LGBT rights in Guam

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LGBT rights in Guam Guam
LocationGuam.png
Same-sex sexual activity legal status Legal since 1978
Gender identity/expression Gender changes are legal
Discrimination protections Yes, both sexual orientation and gender identity or expression (employment only)
Family rights
Recognition of
relationships
Same-sex marriage since June 9, 2015
Adoption Yes

Lesbian, gay, bisexual, and transgender (LGBT) rights in Guam have improved significantly in recent years. Same-sex sexual activity has not been criminalized since 1978 and same-sex marriage is allowed since 2015. The territory now has discrimination protections in employment for both sexual orientation and gender identity. However, Guam lacks a hate crimes statute, but federal law provides for hate crime coverage since 2009. Since the 1990s, there has been a visible LGBT social scene, with a handful of nightclubs and social functions organized locally. Gender changes are also legal in Guam.

Laws regarding same-sex sexual activity[edit]

Private, adult, consensual and non-commercial homosexual acts have been legal in Guam since a reform of the Criminal Code in 1978.[1]

Recognition of same-sex relationships[edit]

Guam became the first overseas territory of the United States to recognize and perform same-sex marriages in June 2015. On June 5, 2015, Chief Judge Frances Tydingco-Gatewood of the United States District Court for the District of Guam ruled that Guam's prohibition on same-sex couples marrying is unconstitutional. She cited the Ninth Circuit Court of Appeals decision in Latta v. Otter striking down identical bans in Idaho and Nevada.[2][3][4][5] The Legislature passed the Guam Marriage Equality Act of 2015 on August 11, 2015, making Guam's marriage laws gender-neutral.[6]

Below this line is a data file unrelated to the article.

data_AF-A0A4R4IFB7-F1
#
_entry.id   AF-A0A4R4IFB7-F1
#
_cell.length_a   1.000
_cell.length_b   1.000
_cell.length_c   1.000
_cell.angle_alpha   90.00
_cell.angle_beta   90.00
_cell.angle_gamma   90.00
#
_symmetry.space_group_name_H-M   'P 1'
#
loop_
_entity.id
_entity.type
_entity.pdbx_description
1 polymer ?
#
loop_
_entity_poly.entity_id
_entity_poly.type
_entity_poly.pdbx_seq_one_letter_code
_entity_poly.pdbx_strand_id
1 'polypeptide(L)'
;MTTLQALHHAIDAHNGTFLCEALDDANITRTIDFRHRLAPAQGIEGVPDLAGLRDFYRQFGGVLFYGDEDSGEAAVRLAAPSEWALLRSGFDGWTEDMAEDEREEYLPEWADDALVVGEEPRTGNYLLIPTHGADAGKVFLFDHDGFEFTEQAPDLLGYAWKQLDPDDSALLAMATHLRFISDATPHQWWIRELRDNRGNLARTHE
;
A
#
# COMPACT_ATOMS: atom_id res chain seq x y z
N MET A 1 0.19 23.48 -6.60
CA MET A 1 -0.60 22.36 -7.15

In 2009, a measure was introduced into the Legislature of Guam that would have given same-sex couples some of the same legal rights and responsibilities as opposite-sex married couples.[7] It was not voted on.[8]

Adoption and parenting[edit]

Following Guam's legalization of same-sex marriage, adoption rights for same-sex couples have also been legal. Additionally, lesbian couples have access to IVF.[9]

Birth certificates[edit]

In May 2017, the Guam Department of Public Health and Social Services announced it would list both same-sex parents on birth certificates. This came after a same-sex couple were initially denied the right to list both their names on their child's birth certificate.[10]

Discrimination protections and hate crimes laws[edit]

In August 2015, the Legislature unanimously passed Bill 102-33, which bans discrimination based on sexual orientation and gender identity or expression in employment.[11] Federal law covers hate crimes on both sexual orientation and gender identity since 2009, under the federal Matthew Shepard and James Byrd Jr. Hate Crimes Prevention Act.

Gender identity or expression[edit]

Gender changes are legal in Guam.[12] In order for transgender people to change their legal gender in Guam, they must provide the Office of Vital Statistics a sworn statement from a physician that they have undergone sex reassignment surgery. The Office will subsequently amend the birth certificate of the requester.

Blood donation[edit]

Since 2015, gay and bi men in Guam are allowed to donate blood following a one year deferral period.[13]

Summary table[edit]

Same-sex sexual activity legal Yes (Since 1978)
Equal age of consent Yes (Since 1978)
Anti-discrimination laws in employment Yes (Since 2015)
Anti-discrimination laws in the provision of goods and services No
Anti-discrimination laws in all other areas (Incl. indirect discrimination, hate speech) No
Same-sex marriages Yes (Since 2015)
Recognition of same-sex couples Yes (Since 2015)
Stepchild adoption by same-sex couples Yes (Since 2015)
Joint adoption by same-sex couples Yes (Since 2015)
LGB people allowed to serve openly in the military Yes (Since 2011)
Right to change legal gender Yes
Access to IVF for lesbians Yes
Commercial surrogacy for gay male couples No
MSMs allowed to donate blood No/Yes (Since 2015; 1 year deferral period)

References[edit]